Meet Raheem: Making Police Behavior Visible & Accountable
Throughout this month, we're highlighting organizations focused on dismantling systems built on racial injustice. We'll be donating 20% of this week's sales to Raheem - using data to make police behavior visible & accountable.
the issue: we cannot fix what we cannot see
Brandon D. Anderson founded Raheem after he lost his life partner to police violence during a routine traffic stop. The officer had a history of being physically abusive, particularly during traffic stops, but no one had ever reported him.
According to Raheem, "Getting killed by police is the sixth leading cause of death for young Black men in America. Yet, we practically know nothing about how the 63 million police interactions every year shape our lives or the lives of our loved ones—until it's too late. There are 18,000 police departments in the country, each with its own unique, complicated process of reporting police misconduct. As a result, 95% of people do not report police violence and oversight boards miss the opportunity to have these experiences shape their policy agenda."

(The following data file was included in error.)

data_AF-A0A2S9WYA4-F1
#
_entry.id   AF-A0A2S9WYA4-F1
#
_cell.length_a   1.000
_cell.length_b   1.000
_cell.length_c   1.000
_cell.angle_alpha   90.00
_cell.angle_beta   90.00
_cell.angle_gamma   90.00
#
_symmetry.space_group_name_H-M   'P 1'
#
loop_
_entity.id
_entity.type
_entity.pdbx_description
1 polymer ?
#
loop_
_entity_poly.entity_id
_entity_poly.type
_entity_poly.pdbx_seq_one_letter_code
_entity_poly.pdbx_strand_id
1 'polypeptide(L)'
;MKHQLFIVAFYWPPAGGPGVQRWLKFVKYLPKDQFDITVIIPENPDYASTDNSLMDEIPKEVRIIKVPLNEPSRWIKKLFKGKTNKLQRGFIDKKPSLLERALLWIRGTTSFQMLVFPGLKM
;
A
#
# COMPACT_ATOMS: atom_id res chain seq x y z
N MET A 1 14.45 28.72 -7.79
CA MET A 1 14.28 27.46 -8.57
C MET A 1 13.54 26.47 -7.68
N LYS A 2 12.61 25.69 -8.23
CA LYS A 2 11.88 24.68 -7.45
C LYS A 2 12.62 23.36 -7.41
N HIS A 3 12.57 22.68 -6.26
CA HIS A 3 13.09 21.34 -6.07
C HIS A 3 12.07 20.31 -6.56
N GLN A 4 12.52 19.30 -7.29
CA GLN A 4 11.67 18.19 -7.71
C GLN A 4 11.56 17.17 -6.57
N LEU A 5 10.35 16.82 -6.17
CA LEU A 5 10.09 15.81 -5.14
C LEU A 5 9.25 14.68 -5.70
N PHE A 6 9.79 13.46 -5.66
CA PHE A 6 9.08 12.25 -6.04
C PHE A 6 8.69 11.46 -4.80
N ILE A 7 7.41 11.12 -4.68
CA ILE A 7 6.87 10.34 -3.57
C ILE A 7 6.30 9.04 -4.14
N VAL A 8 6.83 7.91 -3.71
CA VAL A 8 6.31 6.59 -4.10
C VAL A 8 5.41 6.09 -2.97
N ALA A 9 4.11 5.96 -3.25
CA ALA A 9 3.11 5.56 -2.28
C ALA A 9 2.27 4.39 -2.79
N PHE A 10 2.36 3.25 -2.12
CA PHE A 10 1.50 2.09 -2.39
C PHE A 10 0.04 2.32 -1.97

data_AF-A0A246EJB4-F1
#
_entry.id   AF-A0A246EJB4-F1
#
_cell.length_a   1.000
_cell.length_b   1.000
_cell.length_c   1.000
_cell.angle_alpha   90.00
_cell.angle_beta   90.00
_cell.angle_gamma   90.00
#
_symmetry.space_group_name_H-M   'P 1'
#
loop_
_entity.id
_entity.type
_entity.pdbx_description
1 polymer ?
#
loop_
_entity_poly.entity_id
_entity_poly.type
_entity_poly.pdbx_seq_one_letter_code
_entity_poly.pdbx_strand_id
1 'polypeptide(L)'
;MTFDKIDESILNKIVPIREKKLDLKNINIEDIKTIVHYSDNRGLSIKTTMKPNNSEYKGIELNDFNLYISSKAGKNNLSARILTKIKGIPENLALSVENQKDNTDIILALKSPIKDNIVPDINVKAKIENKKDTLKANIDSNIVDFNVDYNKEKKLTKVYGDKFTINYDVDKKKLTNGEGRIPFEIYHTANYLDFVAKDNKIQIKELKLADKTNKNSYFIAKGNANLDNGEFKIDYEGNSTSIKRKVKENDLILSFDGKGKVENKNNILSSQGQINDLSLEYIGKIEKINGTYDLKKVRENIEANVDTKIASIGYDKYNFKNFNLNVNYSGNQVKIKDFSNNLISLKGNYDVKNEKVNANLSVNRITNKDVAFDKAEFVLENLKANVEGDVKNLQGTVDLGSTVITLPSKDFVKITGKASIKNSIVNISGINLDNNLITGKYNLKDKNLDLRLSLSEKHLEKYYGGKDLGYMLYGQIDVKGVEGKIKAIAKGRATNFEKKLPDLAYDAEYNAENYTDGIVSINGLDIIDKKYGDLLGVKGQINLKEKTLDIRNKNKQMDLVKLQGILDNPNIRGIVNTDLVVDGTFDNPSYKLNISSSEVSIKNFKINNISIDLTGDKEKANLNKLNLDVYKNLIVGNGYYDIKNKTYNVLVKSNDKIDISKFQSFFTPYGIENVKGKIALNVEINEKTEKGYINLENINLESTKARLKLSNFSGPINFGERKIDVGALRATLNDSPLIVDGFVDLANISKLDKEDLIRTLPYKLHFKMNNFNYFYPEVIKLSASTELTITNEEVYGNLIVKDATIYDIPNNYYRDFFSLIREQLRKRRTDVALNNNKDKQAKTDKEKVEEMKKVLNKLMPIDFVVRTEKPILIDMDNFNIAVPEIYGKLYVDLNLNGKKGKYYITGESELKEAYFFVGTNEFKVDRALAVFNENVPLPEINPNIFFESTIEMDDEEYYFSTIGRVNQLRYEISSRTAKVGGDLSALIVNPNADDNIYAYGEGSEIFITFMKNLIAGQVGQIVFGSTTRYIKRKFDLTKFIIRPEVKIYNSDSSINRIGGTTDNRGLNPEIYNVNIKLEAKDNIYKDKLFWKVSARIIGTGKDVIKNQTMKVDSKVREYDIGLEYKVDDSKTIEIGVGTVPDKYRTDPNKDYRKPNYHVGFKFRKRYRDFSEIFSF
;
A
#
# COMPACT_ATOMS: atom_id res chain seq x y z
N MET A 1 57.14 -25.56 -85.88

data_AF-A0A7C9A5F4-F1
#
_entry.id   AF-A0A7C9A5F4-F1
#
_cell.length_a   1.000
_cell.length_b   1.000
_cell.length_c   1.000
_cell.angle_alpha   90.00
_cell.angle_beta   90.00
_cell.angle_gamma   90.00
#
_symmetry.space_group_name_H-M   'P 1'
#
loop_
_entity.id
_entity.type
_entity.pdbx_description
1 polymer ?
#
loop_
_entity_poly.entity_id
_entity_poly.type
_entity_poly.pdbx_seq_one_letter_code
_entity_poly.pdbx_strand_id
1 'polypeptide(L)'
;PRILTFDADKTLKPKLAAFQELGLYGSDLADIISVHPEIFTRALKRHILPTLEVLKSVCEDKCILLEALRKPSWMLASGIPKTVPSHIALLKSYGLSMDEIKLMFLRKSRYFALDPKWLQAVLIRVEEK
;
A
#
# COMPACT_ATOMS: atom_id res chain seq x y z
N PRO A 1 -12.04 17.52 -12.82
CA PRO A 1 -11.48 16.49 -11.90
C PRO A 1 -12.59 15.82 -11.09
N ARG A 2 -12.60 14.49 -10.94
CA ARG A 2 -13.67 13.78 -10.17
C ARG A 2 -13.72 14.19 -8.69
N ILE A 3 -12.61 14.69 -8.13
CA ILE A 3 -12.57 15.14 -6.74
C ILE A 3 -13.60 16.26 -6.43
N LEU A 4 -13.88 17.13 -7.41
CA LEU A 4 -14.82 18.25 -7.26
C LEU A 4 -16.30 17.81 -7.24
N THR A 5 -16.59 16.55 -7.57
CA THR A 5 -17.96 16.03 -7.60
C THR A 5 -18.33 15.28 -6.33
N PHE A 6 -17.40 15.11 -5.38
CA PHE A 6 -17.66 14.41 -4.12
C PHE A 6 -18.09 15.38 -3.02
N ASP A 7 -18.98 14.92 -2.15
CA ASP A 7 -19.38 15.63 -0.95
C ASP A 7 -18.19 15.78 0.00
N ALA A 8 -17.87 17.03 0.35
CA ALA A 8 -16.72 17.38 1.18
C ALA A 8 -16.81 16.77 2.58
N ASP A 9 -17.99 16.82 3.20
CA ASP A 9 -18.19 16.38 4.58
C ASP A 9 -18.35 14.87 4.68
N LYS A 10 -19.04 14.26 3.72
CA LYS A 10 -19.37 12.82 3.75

Raheem uses data to identify places with the highest rates of police violence in the country. They then partner with community oversight structures in these areas to collect firsthand reports of police conduct and help people file formal complaints that can lead to officers being held accountable.
According to Chris Burbank Vice President of Law Enforcement Strategy at The Center for Policing Equity and the former Chief of Police at the Salt Lake City Police Department,
"The key details [Raheem] can provide on the back end—location, time of day, officer involved, person involved, race, ethnicity, gender, gender identity—are significant, he said, because departments can begin to look at how many people a given officer stops and searches, and what those demographics are...I can make an informed decision about whether I want this officer representing me in public, and I can have a data set to back up that decision—and that’s what’s been lacking in policing.” (CityLab 2018)
how can I get involved with Raheem?